February 2021 Member Letter
February 4, 2021
On the Roman calendar we began a new year on the first of January, but I have to admit, January 2021 didn’t look much different from the previous year when considering the state of the world. In fact, we saw some events in January that we had not seen in 2020, and they weren’t good. In January the COVID-19 virus was on the increase in most countries. In the United States, after a contentious election, we inaugurated a new president with armed National Guard troops and barbed wire surrounding the U.S. Capitol. It was a picture that most would expect to see in a developing country or one torn apart by civil war, but not in the United States.
The events in our nation’s capital city on Jan. 6 illustrated the deep divide that exists in this country. A violent mob broke into the Capitol of the United States, a country that presents itself as an example to the rest of the world of how elections and the transfer of power should occur. It is still hard to gauge how serious the threat to the government really was, but the symbolism of people, some dressed in outlandish costumes, breaking windows and damaging the furnishings in the House of Representatives and Senate a few days before an inauguration was deeply distressing. It sent shock waves around the world. Instead of being an example of the peaceful transfer of power from one leader to another, the U.S. found itself the object of international ridicule.
As a church, we must be very clear in what we say and what we write. In the United States, we can blame Democrats, or Republicans, or former President Trump, or current President Biden, but that doesn’t help in our understanding of the origin of such hatred and violence. In searching for the answer, we need look no further than our calling. When God called us, we faced a dilemma—how to separate from this world while still living in this world. Through our calling, we learned what was wrong with this world, and we were convinced that the true source of division, anger and destruction lies in the spirit world, springing from the adversary, Satan himself. He is the true cause of deception, confusion and violence. Certainly, human beings are willing participants, but the origin of this type of thinking and conduct is embodied in the works of the one who is unwittingly worshipped as the “god of this age” (2 Corinthians 4:4).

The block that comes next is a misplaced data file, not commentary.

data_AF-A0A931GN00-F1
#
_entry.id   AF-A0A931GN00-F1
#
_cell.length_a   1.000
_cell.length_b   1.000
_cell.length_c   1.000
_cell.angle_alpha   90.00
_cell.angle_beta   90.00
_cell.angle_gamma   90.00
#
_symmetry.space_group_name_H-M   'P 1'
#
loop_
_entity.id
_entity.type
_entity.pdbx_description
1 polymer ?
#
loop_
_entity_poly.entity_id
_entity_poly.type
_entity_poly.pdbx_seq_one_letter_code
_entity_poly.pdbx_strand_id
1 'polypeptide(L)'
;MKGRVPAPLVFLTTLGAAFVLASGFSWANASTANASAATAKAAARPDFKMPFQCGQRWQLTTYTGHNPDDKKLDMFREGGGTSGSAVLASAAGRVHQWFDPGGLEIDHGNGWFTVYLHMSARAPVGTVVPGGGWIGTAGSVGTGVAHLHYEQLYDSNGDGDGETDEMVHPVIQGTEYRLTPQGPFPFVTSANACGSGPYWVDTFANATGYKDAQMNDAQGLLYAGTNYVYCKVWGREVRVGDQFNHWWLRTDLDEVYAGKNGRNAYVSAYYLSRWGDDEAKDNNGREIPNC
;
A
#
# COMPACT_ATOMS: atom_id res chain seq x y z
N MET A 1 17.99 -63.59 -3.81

James spoke of the contrast between God’s way and that of “envy and self-seeking” in James 3:13-17: “Who is wise and understanding among you? Let him show by good conduct that his works are done in the meekness of wisdom. But if you have bitter envy and self-seeking in your hearts, do not boast and lie against the truth. This wisdom does not descend from above, but is earthly, sensual, demonic. For where envy and self-seeking exist, confusion and every evil thing are there. But the wisdom that is from above is first pure, then peaceable, gentle, willing to yield, full of mercy and good fruits, without partiality and without hypocrisy.”
Paul wrote in 1 Corinthians 14:33 that God is not the author of confusion. So who is the author? Satan is called the father of lies and “a murderer from the beginning” (John 8:44). He spoke “the lie” to Adam and Eve when he told them they would not surely die, but that they would become like God to know good and evil if they ate of the fruit of the tree of the knowledge of good and evil (Genesis 3:4-5). Thus, a series of events was set in motion, triggered by Satan’s deception of Eve and Adam’s willingness to follow, that has only become worse and more destructive in our day, 6,000 years beyond the Garden of Eden.
Satan is called the destroyer and the deceiver (Revelation 9:11; 12:9). We are warned to come out of this world that we not partake of its sins (Revelation 18:4; 2 Corinthians 6:17). Christ, in His model prayer, instructs us to pray daily that we be delivered “from the evil one” (Matthew 6:9-13).